As the highway leads toward the Central Bhutan on the left and the Southern Bhutan in the right, Wangdue is the last town on the western part. It played a strong role in the 17th century in unifying the Western, Central and Southern regions of Bhutan. It is located on top of high ridge overlooking a river junction. Because it is exposed promontory overlooking the river, it is windy particularly in the afternoon. The roads are narrow with single storied houses at the end of the highway. The district is famous for bamboo works and stone carving. The road leads to the magical valley of Phobjikha, home to the endangered Black Necked Crane which migrates from Tibetan plateau in the winter.

Places of Interest: Monuments

Wangduephodrang Dzong lays majestically on a steep ridge overlooking the highway that fork to the central and southern Bhutan. It was built in 1638 by Zhabdrung Ngawang Namgyal and is situated at the confluence of Puna Tsangchu and Tang Chu. Legend relates that, as the people were searching for the site to build the dzong; four ravens were seen flying in four directions. This was considered an auspicious sign, representing the spread of religion to the four direction of the region.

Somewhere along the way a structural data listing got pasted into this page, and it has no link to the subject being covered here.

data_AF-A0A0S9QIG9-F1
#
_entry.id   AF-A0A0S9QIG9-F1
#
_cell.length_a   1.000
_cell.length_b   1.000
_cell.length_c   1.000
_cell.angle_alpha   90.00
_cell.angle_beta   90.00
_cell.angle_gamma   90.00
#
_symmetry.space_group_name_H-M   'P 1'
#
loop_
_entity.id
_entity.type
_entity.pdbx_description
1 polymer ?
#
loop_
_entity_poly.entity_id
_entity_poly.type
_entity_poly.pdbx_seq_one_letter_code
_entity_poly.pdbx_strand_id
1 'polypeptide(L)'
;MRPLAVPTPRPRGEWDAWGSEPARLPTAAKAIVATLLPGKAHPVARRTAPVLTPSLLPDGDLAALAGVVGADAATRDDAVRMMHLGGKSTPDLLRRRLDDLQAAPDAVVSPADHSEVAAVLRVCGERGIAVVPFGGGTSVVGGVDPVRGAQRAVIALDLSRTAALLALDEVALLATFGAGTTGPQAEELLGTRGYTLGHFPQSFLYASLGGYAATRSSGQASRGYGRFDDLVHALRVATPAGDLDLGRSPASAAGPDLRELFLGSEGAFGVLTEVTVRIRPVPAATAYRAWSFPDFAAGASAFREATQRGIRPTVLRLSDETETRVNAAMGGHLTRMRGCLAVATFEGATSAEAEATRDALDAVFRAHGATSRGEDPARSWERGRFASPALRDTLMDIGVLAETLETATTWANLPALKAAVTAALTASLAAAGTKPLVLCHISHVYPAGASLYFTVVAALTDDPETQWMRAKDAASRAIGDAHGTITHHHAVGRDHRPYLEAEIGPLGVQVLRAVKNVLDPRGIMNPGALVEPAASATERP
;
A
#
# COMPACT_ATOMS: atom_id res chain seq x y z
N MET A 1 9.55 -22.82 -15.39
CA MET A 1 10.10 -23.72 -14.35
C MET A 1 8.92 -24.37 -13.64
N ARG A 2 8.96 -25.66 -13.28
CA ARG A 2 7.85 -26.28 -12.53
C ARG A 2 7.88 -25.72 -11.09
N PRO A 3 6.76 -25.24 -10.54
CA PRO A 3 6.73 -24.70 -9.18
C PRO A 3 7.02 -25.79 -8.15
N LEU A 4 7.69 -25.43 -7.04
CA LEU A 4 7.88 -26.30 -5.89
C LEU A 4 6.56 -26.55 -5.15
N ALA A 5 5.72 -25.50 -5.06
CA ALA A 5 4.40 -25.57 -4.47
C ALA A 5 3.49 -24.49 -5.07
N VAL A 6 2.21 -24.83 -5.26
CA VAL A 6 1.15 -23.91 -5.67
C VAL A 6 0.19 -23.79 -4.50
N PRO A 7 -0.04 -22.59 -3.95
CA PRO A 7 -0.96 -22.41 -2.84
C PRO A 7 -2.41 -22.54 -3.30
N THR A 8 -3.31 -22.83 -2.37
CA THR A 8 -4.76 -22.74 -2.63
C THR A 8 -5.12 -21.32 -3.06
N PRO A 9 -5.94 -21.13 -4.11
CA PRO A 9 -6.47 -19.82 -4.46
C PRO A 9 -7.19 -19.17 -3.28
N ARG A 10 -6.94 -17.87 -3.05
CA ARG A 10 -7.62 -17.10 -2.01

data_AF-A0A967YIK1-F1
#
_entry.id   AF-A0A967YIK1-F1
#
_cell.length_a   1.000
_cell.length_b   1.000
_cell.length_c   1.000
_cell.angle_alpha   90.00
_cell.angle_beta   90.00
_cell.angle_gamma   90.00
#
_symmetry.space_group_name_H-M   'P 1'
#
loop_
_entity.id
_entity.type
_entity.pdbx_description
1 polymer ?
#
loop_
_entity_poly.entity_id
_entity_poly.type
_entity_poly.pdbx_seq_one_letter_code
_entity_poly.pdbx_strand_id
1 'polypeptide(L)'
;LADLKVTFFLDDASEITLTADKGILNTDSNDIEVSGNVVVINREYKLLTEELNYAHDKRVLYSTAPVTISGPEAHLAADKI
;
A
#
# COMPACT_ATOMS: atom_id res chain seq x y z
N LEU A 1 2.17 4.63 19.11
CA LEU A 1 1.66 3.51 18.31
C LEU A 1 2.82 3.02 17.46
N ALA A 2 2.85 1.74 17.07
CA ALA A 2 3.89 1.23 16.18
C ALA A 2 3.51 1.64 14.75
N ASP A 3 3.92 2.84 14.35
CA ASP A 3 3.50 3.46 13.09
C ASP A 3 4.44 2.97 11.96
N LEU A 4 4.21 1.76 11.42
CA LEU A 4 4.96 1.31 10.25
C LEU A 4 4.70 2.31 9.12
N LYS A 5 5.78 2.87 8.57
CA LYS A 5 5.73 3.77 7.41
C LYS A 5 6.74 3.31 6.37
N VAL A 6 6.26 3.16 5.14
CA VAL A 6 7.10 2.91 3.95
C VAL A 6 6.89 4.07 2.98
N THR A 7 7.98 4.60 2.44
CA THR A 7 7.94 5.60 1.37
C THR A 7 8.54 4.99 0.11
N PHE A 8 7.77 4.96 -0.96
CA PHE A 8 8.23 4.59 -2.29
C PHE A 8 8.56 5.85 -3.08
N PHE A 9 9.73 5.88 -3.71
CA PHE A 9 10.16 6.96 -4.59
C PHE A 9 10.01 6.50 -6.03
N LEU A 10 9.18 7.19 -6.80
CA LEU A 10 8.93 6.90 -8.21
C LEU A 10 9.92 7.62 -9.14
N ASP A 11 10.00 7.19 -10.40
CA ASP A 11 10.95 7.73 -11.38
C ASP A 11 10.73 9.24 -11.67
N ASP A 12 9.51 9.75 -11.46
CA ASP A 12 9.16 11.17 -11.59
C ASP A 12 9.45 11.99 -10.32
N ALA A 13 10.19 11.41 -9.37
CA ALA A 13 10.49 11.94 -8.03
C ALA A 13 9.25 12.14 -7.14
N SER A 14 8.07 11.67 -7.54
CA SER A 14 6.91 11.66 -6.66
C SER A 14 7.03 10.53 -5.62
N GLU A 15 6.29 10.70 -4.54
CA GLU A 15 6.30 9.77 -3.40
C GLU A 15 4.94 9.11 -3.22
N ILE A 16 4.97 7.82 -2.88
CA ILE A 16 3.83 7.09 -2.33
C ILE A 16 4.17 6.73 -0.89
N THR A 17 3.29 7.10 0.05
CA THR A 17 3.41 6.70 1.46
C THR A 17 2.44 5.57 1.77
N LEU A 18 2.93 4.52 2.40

Gangtey Geonpa which lies at 3020 m was built in 17th century by the grandson of Terton Pema Lingpa, Gyalse Pema Thinley and later expanded by Tenzin Legpai Dhendup. It is a Nyingmapa Monastery. As you drive further into the valley, you will reach the Phobjikha valley, the most beautiful glacial valley where the Black Necked Crane roosts in the winter. In this valley, an annual Black Necked Crane Festival is held every November.